Teen Workshop

Contemporary Navajo Reflections in Weaving
Saturday, February 9, 1 – 4 pm
Intended for teens 14 to 18
Free, but registration required

During this workshop with fourth generation Navajo weaver, Melissa S. Cody, participants will explore the connections of contemporary Navajo textiles through an historical overview of the “Long Walk” (1864 displacement of the Navajo people) and Germantown Revival style of Navajo weaving. Students will have the opportunity to experience the process of preparing wool for weaving and working on a community loom. To register, email teens@slam.org

Programs supported in part by a gift from the Jewish Federation of St. Louis.

Youth Classes

Wee Wednesdays + Wee Weekends
Third Wednesday of each Month and select Saturdays
December 1 and 19: Our Community
January 5 and 16: Materials
10:30-11:30 am

Free; pre-registration is required.

Learn, play, explore, and grow at the Museum’s program for our youngest visitors. Join us for an adventure as we discover new ways of interacting with art and each other. With time for play, storytelling, museum walks, and art making, Wee Wednesdays and Wee Weekends provides a fun and active way to explore the Museum together. Recommended for children ages 3-5 and their caregivers.

Registration is open for the following dates:
December 19: Our Community
January 5: Materials
January 16: Materials

For December 19 class, registration opens November 22.
For January 5 class, registration opens December 2.
For January 16 class, registration opens December 20.

Gallery Talks

Thursday, December 20, 11 am
Friday, December 21, 6 pm

The Search for the Primitive: German Expressionism 1900-1914
Samuel Harned, former chair of the history department, Clayton High School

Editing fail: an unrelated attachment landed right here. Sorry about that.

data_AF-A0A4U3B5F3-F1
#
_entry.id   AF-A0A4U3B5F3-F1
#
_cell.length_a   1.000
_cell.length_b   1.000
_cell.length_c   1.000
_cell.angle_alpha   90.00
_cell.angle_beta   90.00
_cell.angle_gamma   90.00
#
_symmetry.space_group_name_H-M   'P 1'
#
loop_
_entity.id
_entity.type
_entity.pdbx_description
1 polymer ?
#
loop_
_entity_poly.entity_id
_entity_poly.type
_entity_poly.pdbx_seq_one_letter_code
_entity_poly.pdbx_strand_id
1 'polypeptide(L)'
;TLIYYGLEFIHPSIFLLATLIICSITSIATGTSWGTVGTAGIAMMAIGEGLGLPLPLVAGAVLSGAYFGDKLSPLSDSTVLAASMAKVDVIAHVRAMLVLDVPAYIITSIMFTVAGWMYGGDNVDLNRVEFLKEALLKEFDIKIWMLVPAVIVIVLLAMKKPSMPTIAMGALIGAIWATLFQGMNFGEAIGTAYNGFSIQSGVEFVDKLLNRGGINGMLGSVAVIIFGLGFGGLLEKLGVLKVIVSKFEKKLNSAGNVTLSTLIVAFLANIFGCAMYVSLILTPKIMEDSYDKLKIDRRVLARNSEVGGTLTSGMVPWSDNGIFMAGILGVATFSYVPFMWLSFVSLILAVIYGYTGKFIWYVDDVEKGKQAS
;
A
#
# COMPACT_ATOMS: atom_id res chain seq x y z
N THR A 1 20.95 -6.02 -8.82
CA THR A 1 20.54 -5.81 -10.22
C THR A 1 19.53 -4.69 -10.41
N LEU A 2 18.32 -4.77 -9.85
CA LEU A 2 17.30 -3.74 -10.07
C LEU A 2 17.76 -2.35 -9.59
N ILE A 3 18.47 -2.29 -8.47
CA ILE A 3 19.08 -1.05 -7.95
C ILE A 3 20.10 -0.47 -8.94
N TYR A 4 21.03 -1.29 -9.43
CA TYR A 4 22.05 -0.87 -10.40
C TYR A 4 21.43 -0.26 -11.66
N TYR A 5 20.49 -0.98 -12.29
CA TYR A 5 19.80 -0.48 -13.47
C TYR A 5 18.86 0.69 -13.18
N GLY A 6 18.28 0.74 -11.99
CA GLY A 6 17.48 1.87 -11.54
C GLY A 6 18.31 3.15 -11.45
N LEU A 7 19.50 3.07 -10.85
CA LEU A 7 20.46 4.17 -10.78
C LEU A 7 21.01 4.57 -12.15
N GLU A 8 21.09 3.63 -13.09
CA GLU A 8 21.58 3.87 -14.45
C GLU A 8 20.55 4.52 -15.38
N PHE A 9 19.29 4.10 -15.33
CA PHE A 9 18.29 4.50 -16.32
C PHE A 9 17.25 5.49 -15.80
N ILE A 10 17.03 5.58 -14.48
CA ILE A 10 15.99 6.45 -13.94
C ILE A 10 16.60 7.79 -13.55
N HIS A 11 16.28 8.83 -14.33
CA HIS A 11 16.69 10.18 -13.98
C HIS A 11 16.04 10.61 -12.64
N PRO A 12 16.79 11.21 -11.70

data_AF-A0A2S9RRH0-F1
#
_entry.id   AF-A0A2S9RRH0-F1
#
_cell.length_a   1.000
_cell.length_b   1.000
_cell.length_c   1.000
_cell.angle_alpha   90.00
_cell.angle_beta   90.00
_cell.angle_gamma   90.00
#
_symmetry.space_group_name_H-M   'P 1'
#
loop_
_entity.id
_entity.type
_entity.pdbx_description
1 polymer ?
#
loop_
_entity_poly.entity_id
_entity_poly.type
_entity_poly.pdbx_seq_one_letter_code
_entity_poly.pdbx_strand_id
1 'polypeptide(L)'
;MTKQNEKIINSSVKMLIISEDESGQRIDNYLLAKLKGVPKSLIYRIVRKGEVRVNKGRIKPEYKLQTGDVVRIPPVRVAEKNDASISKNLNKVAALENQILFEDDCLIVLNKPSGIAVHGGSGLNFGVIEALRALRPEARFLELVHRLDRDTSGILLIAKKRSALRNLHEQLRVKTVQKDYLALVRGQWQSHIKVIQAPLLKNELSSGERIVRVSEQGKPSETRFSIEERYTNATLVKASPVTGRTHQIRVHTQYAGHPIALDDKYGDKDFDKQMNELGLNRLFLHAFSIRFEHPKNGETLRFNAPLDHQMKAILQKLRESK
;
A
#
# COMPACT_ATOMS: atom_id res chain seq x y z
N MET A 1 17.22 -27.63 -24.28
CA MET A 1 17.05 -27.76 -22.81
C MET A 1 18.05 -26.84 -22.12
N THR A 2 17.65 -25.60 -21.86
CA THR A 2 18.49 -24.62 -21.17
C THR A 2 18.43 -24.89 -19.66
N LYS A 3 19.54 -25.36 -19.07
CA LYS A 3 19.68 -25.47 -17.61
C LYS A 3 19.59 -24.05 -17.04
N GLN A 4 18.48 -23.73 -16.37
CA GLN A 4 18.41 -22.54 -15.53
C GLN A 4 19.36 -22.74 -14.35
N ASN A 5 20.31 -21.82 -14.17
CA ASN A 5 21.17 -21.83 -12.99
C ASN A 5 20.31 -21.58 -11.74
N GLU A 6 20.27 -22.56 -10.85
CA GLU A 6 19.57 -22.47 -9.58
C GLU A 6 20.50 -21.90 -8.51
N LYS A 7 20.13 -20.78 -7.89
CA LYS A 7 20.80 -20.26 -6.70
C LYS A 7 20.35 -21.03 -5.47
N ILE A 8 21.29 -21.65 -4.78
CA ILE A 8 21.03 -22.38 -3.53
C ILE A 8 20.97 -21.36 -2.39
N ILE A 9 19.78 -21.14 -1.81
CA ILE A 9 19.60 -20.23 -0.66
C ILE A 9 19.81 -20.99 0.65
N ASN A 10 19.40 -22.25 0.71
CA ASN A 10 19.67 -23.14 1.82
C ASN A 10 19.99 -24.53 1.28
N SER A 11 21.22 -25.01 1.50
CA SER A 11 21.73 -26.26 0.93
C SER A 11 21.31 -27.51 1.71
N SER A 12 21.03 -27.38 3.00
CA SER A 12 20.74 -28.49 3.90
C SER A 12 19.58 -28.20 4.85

The Continuation of Artistic Exchange: Navajo Textiles in the 21st Century
Friday, February 8, 7 pm
The Farrell Auditorium
Free tickets required

Melissa S. Cody, artist

From the 19th to the 21st century, from trading posts to fine art museums and galleries, the masterworks of Navajo weaving have transcended time and space. Fourth Generation Navajo weaver, Melissa S. Cody will address how the Navajo weavings of today are much like those from the past in the ways they mirror the social and economic history of the Navajo people. Through sharing her own art practice, Cody will discuss how Navajo weaving has continued to evolve through exploration and experimentation with “lazy-line” patterns, color, and design, thereby creating new works that have surpassed the definition of "decorative arts."

Programs supported in part by a gift from the Jewish Federation of St. Louis.

All events in The Farrell Auditorium, including free events, are ticketed. Tickets are subject to availability. Tickets may be purchased or reserved in person at the Museum's Information Centers or through MetroTix at metrotix.com or 314.534.1111. All tickets purchased or reserved through MetroTix incur a service charge; the service charge is waived for tickets purchased at the Museum.